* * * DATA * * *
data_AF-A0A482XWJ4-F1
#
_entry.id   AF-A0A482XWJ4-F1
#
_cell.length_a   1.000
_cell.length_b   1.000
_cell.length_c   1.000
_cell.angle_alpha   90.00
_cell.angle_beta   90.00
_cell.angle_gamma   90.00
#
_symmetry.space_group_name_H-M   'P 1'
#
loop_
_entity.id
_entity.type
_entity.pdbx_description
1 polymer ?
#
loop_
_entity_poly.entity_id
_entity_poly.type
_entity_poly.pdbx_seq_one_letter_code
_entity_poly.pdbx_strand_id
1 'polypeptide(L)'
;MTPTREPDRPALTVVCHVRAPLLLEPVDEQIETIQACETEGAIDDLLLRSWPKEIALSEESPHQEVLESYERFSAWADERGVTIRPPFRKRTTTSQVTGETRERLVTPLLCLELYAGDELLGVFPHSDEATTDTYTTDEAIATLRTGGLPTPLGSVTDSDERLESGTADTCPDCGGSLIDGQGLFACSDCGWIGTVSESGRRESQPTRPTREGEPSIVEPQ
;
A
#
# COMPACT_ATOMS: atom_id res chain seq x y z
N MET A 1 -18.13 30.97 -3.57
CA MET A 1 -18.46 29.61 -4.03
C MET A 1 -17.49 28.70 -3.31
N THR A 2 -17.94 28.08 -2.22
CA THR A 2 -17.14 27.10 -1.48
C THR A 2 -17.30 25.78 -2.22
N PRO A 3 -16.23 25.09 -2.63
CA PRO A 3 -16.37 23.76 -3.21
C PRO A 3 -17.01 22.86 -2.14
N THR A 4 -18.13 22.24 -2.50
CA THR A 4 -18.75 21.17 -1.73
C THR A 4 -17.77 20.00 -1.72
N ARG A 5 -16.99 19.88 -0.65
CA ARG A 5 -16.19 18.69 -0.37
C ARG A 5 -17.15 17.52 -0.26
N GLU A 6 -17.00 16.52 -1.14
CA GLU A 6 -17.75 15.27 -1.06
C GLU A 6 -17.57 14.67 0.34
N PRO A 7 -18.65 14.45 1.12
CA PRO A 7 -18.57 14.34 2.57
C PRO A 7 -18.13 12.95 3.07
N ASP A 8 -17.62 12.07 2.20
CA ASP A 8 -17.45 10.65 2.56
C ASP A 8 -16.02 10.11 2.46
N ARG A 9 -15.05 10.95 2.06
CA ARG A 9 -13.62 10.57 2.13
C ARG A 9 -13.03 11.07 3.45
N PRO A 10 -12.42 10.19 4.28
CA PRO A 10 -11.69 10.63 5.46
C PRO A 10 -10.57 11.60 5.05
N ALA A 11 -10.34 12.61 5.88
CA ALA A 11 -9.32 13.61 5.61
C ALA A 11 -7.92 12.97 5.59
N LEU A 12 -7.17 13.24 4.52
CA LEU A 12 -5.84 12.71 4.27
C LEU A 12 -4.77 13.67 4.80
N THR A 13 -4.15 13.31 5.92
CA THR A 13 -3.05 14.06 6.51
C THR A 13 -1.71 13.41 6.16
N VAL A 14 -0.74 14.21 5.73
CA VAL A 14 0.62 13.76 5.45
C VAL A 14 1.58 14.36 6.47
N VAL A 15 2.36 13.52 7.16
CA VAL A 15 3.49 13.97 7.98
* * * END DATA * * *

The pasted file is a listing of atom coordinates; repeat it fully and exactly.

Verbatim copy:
data_AF-A0A482XWJ4-F1
#
_entry.id   AF-A0A482XWJ4-F1
#
_cell.length_a   1.000
_cell.length_b   1.000
_cell.length_c   1.000
_cell.angle_alpha   90.00
_cell.angle_beta   90.00
_cell.angle_gamma   90.00
#
_symmetry.space_group_name_H-M   'P 1'
#
loop_
_entity.id
_entity.type
_entity.pdbx_description
1 polymer ?
#
loop_
_entity_poly.entity_id
_entity_poly.type
_entity_poly.pdbx_seq_one_letter_code
_entity_poly.pdbx_strand_id
1 'polypeptide(L)'
;MTPTREPDRPALTVVCHVRAPLLLEPVDEQIETIQACETEGAIDDLLLRSWPKEIALSEESPHQEVLESYERFSAWADERGVTIRPPFRKRTTTSQVTGETRERLVTPLLCLELYAGDELLGVFPHSDEATTDTYTTDEAIATLRTGGLPTPLGSVTDSDERLESGTADTCPDCGGSLIDGQGLFACSDCGWIGTVSESGRRESQPTRPTREGEPSIVEPQ
;
A
#
# COMPACT_ATOMS: atom_id res chain seq x y z
N MET A 1 -18.13 30.97 -3.57
CA MET A 1 -18.46 29.61 -4.03
C MET A 1 -17.49 28.70 -3.31
N THR A 2 -17.94 28.08 -2.22
CA THR A 2 -17.14 27.10 -1.48
C THR A 2 -17.30 25.78 -2.22
N PRO A 3 -16.23 25.09 -2.63
CA PRO A 3 -16.37 23.76 -3.21
C PRO A 3 -17.01 22.86 -2.14
N THR A 4 -18.13 22.24 -2.50
CA THR A 4 -18.75 21.17 -1.73
C THR A 4 -17.77 20.00 -1.72
N ARG A 5 -16.99 19.88 -0.65
CA ARG A 5 -16.19 18.69 -0.37
C ARG A 5 -17.15 17.52 -0.26
N GLU A 6 -17.00 16.52 -1.14
CA GLU A 6 -17.75 15.27 -1.06
C GLU A 6 -17.57 14.67 0.34
N PRO A 7 -18.65 14.45 1.12
CA PRO A 7 -18.57 14.34 2.57
C PRO A 7 -18.13 12.95 3.07
N ASP A 8 -17.62 12.07 2.20
CA ASP A 8 -17.45 10.65 2.56
C ASP A 8 -16.02 10.11 2.46
N ARG A 9 -15.05 10.95 2.06
CA ARG A 9 -13.62 10.57 2.13
C ARG A 9 -13.03 11.07 3.45
N PRO A 10 -12.42 10.19 4.28
CA PRO A 10 -11.69 10.63 5.46
C PRO A 10 -10.57 11.60 5.05
N ALA A 11 -10.34 12.61 5.88
CA ALA A 11 -9.32 13.61 5.61
C ALA A 11 -7.92 12.97 5.59
N LEU A 12 -7.17 13.24 4.52
CA LEU A 12 -5.84 12.71 4.27
C LEU A 12 -4.77 13.67 4.80
N THR A 13 -4.15 13.31 5.92
CA THR A 13 -3.05 14.06 6.51
C THR A 13 -1.71 13.41 6.16
N VAL A 14 -0.74 14.21 5.73
CA VAL A 14 0.62 13.76 5.45
C VAL A 14 1.58 14.36 6.47
N VAL A 15 2.36 13.52 7.16
CA VAL A 15 3.49 13.97 7.98